I have an interest in hand-carved wooden saints and devotional statues. These often use a Baroque visual vocabulary, and a saint can be identified by its attributes. For example, a martyr carries the tools of his or her martyrdom. In New Mexico, these are carved by santeros (saint makers). In Lithuania, they are made by Dievdirbiai, literally “god-carvers”. The folk carving may include symbols from pre-Christian religions.
These are my attempts at the art. Click on the paragraph to view the image.
Gabriel, of course, has a large horn. The wings are painted with white milk paint. Ash wood.
Sorrowful Christ This is my interpretation of a traditional Lithuanian folk sculptre, called a rupintojelis. This was carved from an old cedar tree trunk, that was given to me by a carpenter of Lithuanian descent. There are examples of this pose in sculpture that pre-dates Christianity by thousands of years.
St. Patrick. walnut In Haiti, St. Patrick may also represent Elegba, the west African god in charge of snakes.
San Isidro Labrador. patron saint of farm laborers
St. Lucy of Syracuse, with her eyes on a plate. I thank Linda Nemic Foster for the inspiration to get this one done. Elm. Although she was an actual martyr, Lucy has accumulated some legends from pre-Christian solstice goddesses. Some art historians suggest that the “eyeballs” are actually spherical votive pastries offered or exchanged on the winter solstice, representing the sun. The dagger of her martyrdom should call attention to her anatomically correct neck wound.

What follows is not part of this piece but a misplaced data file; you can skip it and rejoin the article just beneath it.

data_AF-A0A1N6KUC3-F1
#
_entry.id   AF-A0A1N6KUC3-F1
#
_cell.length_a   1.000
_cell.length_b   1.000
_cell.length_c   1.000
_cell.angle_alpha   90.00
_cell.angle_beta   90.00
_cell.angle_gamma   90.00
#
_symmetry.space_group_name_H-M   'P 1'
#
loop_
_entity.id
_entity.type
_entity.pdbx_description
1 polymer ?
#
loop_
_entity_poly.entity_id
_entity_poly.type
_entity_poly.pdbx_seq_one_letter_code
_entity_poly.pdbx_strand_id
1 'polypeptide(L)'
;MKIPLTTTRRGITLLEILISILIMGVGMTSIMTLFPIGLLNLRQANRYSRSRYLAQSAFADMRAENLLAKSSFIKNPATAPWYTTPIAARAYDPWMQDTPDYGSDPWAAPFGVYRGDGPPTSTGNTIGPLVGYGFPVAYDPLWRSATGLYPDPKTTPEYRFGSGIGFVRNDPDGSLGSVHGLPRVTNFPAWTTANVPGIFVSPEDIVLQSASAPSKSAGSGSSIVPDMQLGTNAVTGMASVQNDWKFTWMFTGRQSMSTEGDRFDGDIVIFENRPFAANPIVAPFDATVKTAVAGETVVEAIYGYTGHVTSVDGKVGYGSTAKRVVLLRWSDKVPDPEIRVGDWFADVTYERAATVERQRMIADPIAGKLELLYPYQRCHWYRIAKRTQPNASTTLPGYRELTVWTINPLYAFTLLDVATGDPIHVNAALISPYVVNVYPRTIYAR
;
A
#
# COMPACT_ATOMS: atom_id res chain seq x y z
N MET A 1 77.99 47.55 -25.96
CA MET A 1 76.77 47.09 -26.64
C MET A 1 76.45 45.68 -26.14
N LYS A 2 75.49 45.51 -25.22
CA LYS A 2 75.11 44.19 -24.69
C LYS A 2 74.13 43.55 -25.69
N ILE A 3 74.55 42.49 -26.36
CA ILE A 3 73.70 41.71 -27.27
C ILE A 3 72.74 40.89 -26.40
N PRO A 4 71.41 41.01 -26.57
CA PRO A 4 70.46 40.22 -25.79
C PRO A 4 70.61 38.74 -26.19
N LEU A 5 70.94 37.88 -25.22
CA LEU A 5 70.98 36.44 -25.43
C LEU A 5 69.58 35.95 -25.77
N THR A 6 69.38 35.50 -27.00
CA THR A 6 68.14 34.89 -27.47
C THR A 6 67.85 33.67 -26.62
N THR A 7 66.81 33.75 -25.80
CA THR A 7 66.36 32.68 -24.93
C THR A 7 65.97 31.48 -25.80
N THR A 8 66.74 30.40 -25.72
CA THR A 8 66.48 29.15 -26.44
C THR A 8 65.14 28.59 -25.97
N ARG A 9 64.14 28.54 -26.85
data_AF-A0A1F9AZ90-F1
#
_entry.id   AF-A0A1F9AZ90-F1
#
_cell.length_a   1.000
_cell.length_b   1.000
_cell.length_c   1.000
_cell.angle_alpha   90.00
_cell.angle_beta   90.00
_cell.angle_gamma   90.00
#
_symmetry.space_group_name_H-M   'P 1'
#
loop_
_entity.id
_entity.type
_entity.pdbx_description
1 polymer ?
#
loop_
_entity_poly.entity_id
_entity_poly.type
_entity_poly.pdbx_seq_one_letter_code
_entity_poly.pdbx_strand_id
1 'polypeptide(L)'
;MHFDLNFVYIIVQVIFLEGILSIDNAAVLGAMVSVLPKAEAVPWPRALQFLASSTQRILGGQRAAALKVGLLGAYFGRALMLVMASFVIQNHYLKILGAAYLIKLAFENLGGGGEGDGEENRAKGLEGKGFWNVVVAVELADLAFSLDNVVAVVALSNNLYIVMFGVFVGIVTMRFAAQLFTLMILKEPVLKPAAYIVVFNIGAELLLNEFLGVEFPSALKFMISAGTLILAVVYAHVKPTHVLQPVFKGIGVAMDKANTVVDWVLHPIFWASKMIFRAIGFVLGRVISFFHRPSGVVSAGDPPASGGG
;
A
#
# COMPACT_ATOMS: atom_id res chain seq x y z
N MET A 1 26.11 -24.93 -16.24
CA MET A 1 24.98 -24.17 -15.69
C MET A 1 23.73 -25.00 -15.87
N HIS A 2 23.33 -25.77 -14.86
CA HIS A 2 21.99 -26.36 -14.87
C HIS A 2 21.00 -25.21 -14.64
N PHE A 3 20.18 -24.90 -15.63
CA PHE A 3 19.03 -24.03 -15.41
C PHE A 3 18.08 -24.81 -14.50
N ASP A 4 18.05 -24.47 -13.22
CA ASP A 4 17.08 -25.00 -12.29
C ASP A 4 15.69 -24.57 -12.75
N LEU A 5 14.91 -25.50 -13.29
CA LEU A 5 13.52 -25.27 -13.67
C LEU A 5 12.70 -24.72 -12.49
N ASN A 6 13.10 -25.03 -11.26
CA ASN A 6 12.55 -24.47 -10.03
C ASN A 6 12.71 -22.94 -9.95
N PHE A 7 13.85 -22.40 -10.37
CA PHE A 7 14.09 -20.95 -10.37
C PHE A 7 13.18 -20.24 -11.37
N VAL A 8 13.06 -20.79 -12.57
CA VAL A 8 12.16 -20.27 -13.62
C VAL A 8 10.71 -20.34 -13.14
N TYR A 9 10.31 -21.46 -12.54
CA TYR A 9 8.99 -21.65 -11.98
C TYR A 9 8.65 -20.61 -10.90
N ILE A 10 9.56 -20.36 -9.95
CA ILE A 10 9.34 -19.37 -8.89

Mary Magdalen There is a legend that she was a women discovered in adultery, but that her hair grew miraculously long to cover her when she was discovered. This was used as an excuse for several nude portrayals. There is a Kiki Smith sculpture of an alternative explanation of the tale, where she grows long hair all over, like a bear. The original story for this image is that she lived as a hermit, with nothing but her long red hair to keep her warm. This carving is birch.
This is an Orthodox Christian version of St. Christopher. He is carrying the Christ Child over a river. Christopher has the traditional dog’s head and club. He was said to be a cannibal soldier, before he converted to Christianity. The Christ Child has a halo and an orbis mundi.
This is carved from mulberry wood from the student parish in Bowling Green, Ohio.
St. Thomas More. birch. patron saint of lawyers. He was beheaded with an axe. The book is Utopia.
St. John the Baptist. The saint of the summer solstice. He is usually depicted as a very thin wild man.